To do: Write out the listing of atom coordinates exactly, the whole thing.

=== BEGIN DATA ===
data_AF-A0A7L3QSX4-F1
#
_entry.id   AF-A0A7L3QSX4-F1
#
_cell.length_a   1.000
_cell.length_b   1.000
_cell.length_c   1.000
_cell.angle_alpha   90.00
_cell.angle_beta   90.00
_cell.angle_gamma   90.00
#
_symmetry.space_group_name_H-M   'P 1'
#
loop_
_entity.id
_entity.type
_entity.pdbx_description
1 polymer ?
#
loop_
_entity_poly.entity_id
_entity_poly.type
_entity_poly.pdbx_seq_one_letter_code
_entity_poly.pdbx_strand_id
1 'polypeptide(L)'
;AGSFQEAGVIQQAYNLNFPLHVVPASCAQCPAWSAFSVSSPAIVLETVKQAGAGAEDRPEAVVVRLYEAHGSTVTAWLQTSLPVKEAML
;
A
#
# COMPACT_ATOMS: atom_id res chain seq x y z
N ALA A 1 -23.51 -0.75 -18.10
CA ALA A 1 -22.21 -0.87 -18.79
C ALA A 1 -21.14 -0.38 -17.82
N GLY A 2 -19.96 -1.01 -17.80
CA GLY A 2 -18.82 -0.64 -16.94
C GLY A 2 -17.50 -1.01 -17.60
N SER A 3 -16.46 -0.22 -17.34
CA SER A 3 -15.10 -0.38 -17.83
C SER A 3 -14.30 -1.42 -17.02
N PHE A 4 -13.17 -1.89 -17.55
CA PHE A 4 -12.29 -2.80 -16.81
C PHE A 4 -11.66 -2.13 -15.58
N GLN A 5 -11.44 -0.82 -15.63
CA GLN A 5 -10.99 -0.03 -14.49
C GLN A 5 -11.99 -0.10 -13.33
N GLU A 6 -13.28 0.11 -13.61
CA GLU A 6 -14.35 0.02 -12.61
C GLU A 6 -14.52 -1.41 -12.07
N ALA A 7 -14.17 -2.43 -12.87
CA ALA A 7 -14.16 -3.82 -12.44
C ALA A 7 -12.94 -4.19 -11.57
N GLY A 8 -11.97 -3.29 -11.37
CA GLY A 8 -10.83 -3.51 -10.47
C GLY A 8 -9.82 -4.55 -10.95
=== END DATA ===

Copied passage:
data_AF-A0A7L3QSX4-F1
#
_entry.id   AF-A0A7L3QSX4-F1
#
_cell.length_a   1.000
_cell.length_b   1.000
_cell.length_c   1.000
_cell.angle_alpha   90.00
_cell.angle_beta   90.00
_cell.angle_gamma   90.00
#
_symmetry.space_group_name_H-M   'P 1'
#
loop_
_entity.id
_entity.type
_entity.pdbx_description
1 polymer ?
#
loop_
_entity_poly.entity_id
_entity_poly.type
_entity_poly.pdbx_seq_one_letter_code
_entity_poly.pdbx_strand_id
1 'polypeptide(L)'
;AGSFQEAGVIQQAYNLNFPLHVVPASCAQCPAWSAFSVSSPAIVLETVKQAGAGAEDRPEAVVVRLYEAHGSTVTAWLQTSLPVKEAML
;
A
#
# COMPACT_ATOMS: atom_id res chain seq x y z
N ALA A 1 -23.51 -0.75 -18.10
CA ALA A 1 -22.21 -0.87 -18.79
C ALA A 1 -21.14 -0.38 -17.82
N GLY A 2 -19.96 -1.01 -17.80
CA GLY A 2 -18.82 -0.64 -16.94
C GLY A 2 -17.50 -1.01 -17.60
N SER A 3 -16.46 -0.22 -17.34
CA SER A 3 -15.10 -0.38 -17.83
C SER A 3 -14.30 -1.42 -17.02
N PHE A 4 -13.17 -1.89 -17.55
CA PHE A 4 -12.29 -2.80 -16.81
C PHE A 4 -11.66 -2.13 -15.58
N GLN A 5 -11.44 -0.82 -15.63
CA GLN A 5 -10.99 -0.03 -14.49
C GLN A 5 -11.99 -0.10 -13.33
N GLU A 6 -13.28 0.11 -13.61
CA GLU A 6 -14.35 0.02 -12.61
C GLU A 6 -14.52 -1.41 -12.07
N ALA A 7 -14.17 -2.43 -12.87
CA ALA A 7 -14.16 -3.82 -12.44
C ALA A 7 -12.94 -4.19 -11.57
N GLY A 8 -11.97 -3.29 -11.37
CA GLY A 8 -10.83 -3.51 -10.47
C GLY A 8 -9.82 -4.55 -10.95